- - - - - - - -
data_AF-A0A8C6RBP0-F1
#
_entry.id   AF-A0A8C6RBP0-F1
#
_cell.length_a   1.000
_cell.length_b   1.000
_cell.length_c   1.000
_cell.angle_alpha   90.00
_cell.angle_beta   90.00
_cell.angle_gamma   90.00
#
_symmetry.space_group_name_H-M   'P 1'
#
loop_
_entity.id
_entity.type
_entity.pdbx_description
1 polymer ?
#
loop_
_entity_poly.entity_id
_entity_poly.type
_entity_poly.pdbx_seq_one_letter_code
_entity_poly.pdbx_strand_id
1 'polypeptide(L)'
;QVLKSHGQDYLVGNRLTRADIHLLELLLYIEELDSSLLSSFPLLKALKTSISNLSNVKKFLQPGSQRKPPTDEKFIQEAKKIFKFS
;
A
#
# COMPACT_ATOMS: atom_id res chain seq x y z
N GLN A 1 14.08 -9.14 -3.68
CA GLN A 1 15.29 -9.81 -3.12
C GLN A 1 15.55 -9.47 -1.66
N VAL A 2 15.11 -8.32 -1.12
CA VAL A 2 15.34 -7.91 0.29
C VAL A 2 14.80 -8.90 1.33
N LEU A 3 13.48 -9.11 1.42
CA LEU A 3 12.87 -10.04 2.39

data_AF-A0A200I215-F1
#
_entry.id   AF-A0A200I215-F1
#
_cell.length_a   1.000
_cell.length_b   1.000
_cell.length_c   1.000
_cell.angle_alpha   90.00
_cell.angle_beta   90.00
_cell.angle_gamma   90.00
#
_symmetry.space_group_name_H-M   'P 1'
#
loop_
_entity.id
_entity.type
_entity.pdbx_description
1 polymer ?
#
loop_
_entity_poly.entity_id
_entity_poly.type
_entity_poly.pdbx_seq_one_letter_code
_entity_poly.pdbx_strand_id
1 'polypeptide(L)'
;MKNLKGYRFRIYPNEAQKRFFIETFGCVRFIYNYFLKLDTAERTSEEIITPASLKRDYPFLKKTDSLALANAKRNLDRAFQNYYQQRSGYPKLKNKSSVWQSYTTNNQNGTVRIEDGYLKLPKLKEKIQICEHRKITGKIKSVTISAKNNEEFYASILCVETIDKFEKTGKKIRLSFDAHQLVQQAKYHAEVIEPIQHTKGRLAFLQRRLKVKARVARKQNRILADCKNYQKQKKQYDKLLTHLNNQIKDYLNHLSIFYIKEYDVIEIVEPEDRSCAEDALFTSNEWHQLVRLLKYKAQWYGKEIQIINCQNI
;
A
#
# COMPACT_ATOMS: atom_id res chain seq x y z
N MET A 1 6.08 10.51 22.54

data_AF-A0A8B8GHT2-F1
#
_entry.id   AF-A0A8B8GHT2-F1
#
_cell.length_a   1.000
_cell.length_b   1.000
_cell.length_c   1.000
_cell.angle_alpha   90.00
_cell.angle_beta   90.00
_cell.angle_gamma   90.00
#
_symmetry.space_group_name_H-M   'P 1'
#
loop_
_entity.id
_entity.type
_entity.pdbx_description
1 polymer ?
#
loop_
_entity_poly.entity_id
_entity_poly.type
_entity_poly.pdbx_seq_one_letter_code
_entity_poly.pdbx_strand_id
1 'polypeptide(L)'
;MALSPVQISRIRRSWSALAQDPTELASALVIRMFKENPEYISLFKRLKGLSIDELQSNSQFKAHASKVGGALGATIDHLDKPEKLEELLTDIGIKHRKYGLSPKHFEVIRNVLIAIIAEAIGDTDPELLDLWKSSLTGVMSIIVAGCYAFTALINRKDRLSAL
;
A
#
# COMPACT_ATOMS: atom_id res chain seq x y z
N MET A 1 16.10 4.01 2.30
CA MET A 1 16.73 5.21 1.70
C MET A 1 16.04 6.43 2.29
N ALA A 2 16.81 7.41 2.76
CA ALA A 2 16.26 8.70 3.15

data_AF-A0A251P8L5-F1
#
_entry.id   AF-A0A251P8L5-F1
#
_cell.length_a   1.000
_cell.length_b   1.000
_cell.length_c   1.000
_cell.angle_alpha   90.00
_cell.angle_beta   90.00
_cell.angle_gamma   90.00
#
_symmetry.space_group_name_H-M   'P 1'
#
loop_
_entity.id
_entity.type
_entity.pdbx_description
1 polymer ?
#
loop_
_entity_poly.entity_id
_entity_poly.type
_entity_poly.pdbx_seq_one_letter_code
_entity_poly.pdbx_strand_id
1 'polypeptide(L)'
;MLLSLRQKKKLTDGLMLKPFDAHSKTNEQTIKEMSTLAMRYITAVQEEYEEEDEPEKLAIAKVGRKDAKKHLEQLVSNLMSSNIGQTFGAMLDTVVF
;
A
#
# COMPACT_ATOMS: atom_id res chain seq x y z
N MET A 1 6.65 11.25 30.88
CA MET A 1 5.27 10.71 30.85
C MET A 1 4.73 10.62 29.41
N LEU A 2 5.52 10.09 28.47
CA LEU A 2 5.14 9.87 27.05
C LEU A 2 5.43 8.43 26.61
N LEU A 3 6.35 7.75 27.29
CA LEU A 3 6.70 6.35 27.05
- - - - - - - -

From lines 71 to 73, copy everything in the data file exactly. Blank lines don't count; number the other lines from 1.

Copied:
#
_entry.id   AF-A0A8B8GHT2-F1
#